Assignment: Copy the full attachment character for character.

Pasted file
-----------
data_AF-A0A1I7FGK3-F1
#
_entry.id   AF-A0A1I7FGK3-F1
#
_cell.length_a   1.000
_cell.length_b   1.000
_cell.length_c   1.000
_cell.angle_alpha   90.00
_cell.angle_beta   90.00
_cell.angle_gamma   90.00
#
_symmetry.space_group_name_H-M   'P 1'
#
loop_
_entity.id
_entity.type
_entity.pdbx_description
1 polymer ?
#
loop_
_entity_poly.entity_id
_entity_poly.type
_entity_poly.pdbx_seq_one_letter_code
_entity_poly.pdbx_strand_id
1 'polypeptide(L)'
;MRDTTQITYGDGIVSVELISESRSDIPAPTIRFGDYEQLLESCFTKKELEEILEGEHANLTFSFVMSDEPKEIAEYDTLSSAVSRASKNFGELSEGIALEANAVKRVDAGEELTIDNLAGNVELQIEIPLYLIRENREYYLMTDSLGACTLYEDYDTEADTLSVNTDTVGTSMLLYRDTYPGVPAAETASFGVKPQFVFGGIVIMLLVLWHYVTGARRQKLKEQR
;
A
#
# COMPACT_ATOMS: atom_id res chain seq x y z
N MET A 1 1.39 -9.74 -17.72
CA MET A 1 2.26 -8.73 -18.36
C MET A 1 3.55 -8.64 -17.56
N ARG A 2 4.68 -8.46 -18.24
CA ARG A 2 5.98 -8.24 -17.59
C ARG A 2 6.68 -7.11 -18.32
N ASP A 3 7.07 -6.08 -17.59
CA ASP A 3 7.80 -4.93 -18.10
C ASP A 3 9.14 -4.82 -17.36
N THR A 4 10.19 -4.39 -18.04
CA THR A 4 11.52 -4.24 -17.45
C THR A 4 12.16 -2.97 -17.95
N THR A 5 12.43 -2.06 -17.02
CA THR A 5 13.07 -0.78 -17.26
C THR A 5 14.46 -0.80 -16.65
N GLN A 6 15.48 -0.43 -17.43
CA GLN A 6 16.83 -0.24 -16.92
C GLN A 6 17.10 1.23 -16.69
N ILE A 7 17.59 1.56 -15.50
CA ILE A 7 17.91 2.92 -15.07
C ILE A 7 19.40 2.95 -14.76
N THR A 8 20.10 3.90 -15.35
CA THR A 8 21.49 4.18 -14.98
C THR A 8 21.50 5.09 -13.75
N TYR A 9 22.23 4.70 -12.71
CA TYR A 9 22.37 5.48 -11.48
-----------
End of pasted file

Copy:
data_AF-A0A1I7FGK3-F1
#
_entry.id   AF-A0A1I7FGK3-F1
#
_cell.length_a   1.000
_cell.length_b   1.000
_cell.length_c   1.000
_cell.angle_alpha   90.00
_cell.angle_beta   90.00
_cell.angle_gamma   90.00
#
_symmetry.space_group_name_H-M   'P 1'
#
loop_
_entity.id
_entity.type
_entity.pdbx_description
1 polymer ?
#
loop_
_entity_poly.entity_id
_entity_poly.type
_entity_poly.pdbx_seq_one_letter_code
_entity_poly.pdbx_strand_id
1 'polypeptide(L)'
;MRDTTQITYGDGIVSVELISESRSDIPAPTIRFGDYEQLLESCFTKKELEEILEGEHANLTFSFVMSDEPKEIAEYDTLSSAVSRASKNFGELSEGIALEANAVKRVDAGEELTIDNLAGNVELQIEIPLYLIRENREYYLMTDSLGACTLYEDYDTEADTLSVNTDTVGTSMLLYRDTYPGVPAAETASFGVKPQFVFGGIVIMLLVLWHYVTGARRQKLKEQR
;
A
#
# COMPACT_ATOMS: atom_id res chain seq x y z
N MET A 1 1.39 -9.74 -17.72
CA MET A 1 2.26 -8.73 -18.36
C MET A 1 3.55 -8.64 -17.56
N ARG A 2 4.68 -8.46 -18.24
CA ARG A 2 5.98 -8.24 -17.59
C ARG A 2 6.68 -7.11 -18.32
N ASP A 3 7.07 -6.08 -17.59
CA ASP A 3 7.80 -4.93 -18.10
C ASP A 3 9.14 -4.82 -17.36
N THR A 4 10.19 -4.39 -18.04
CA THR A 4 11.52 -4.24 -17.45
C THR A 4 12.16 -2.97 -17.95
N THR A 5 12.43 -2.06 -17.02
CA THR A 5 13.07 -0.78 -17.26
C THR A 5 14.46 -0.80 -16.65
N GLN A 6 15.48 -0.43 -17.43
CA GLN A 6 16.83 -0.24 -16.92
C GLN A 6 17.10 1.23 -16.69
N ILE A 7 17.59 1.56 -15.50
CA ILE A 7 17.91 2.92 -15.07
C ILE A 7 19.40 2.95 -14.76
N THR A 8 20.10 3.90 -15.35
CA THR A 8 21.49 4.18 -14.98
C THR A 8 21.50 5.09 -13.75
N TYR A 9 22.23 4.70 -12.71
CA TYR A 9 22.37 5.48 -11.48